The Knoch Knolls Homeowners Association staged its 11th annual Fourth of July parade Friday, drawing about 250 people to an event that’s become an annual mid-summer event to attend in south Naperville.
“At a time when in some places in the world you see summary executions, here in the land of the free and the home of the brave, you can do what you want without fear of retribution,” Association President Jim Lawlor said before the parade kicked off shorty after 1:30 p.m.
Lawlor started the parade when he became association president to encourage people to “get to know your neighbors.”
In a change of strategy, those neighbors led the parade this year, starting from Spring Brook Elementary School and marching east on Gateshead Drive before finishing at Knoch Knolls Park, where children enjoyed games and refreshments were served.
Trailing behind the residents was a Naperville fire truck adorned with a “Bike Bald” sign honoring the non-profit that raises research funds to fight childhood cancer; a 1947 military-style, Jeep sponsored by VFW Judd Kendall Post 3873 and American Legion Post 43; and several cars carrying City Council members and other local dignitaries.
For City Councilman Grant Wehrli, since Knoch Knolls Park was once being part of his family’s farm, there was special meaning to the parade.
“It’s home,” he said of the space where he played as a boy. “There’s not a piece of property I know better.”
Wehrli was glad that if the property had to pass from his family, it became a community asset.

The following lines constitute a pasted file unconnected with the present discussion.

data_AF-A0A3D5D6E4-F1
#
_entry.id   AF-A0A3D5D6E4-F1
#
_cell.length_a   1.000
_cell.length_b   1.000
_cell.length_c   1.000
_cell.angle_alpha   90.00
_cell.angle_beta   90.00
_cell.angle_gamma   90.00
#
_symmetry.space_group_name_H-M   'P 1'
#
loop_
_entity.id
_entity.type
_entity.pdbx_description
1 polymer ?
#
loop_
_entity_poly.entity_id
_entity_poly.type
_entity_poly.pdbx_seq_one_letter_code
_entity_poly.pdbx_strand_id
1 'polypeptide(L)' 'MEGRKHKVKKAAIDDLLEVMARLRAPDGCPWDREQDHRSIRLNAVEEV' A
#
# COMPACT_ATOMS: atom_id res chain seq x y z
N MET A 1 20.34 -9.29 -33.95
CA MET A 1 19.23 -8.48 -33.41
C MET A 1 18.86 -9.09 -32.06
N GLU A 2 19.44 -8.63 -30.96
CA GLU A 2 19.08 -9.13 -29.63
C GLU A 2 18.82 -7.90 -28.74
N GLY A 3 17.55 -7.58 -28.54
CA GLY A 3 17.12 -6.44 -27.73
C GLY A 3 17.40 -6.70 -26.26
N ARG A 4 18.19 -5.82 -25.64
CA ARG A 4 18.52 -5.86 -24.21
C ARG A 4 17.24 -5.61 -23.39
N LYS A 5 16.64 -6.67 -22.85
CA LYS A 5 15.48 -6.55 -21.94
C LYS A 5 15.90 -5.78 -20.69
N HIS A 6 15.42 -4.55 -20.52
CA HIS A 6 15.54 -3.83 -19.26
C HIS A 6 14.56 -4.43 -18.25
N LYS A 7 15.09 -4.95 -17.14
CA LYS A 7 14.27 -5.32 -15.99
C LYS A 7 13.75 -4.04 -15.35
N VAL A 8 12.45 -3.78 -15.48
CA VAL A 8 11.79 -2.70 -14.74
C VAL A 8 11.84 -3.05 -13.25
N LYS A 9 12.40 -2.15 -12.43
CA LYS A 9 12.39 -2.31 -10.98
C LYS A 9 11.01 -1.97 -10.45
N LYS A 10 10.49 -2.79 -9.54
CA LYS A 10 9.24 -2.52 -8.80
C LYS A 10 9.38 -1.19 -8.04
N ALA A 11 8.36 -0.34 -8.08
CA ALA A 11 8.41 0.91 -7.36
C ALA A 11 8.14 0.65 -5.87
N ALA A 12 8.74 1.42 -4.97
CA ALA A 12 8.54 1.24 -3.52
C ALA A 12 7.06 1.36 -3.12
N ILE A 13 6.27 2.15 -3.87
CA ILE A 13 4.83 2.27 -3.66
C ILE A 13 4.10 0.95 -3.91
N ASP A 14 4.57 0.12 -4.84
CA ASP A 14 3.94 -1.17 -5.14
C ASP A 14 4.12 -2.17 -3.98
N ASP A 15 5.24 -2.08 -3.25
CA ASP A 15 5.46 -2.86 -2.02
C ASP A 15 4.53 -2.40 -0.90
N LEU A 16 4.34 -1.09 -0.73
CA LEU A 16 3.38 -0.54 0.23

“It’s a great use,” he said. “It means so much that it became a park.”
Mayor George Pradel marched in his final Knoch Knolls parade and admitted to having mixed feelings.
“It’s wonderful,” he said. “I’m so glad to see the crowd is growing every year. It shows that we respect our vets.”
Although it was his last parade as mayor, Pradel saw the upside and promised to continue coming back to Knoch Knolls every July 4.
“Next year I can march with the veterans,” said Pradel, a Marine Corps veteran himself.
Councilwoman Judith Brodhead rode with her husband in the family’s bright red, 1999 Mazda Miata.
“I love the Fourth of July parades,” she said.
Brodhead noted that there wasn’t one central Naperville parade honoring Independence Day, but several neighborhood events.
“We get to spread out a little,” she said. “They are all distinctive.”
Matt and Bekka Moran recently moved to the Knoch Knolls area and attended their first July 4 parade with 11-month-old Rory.
“It’s really exciting to see the neighborhood do things like this,” Matt said.
Laura Begley agreed, saying the turnout spoke well of the community.
“It’s a great way to show community spirit,” she said.Tags: Fourth of July, parade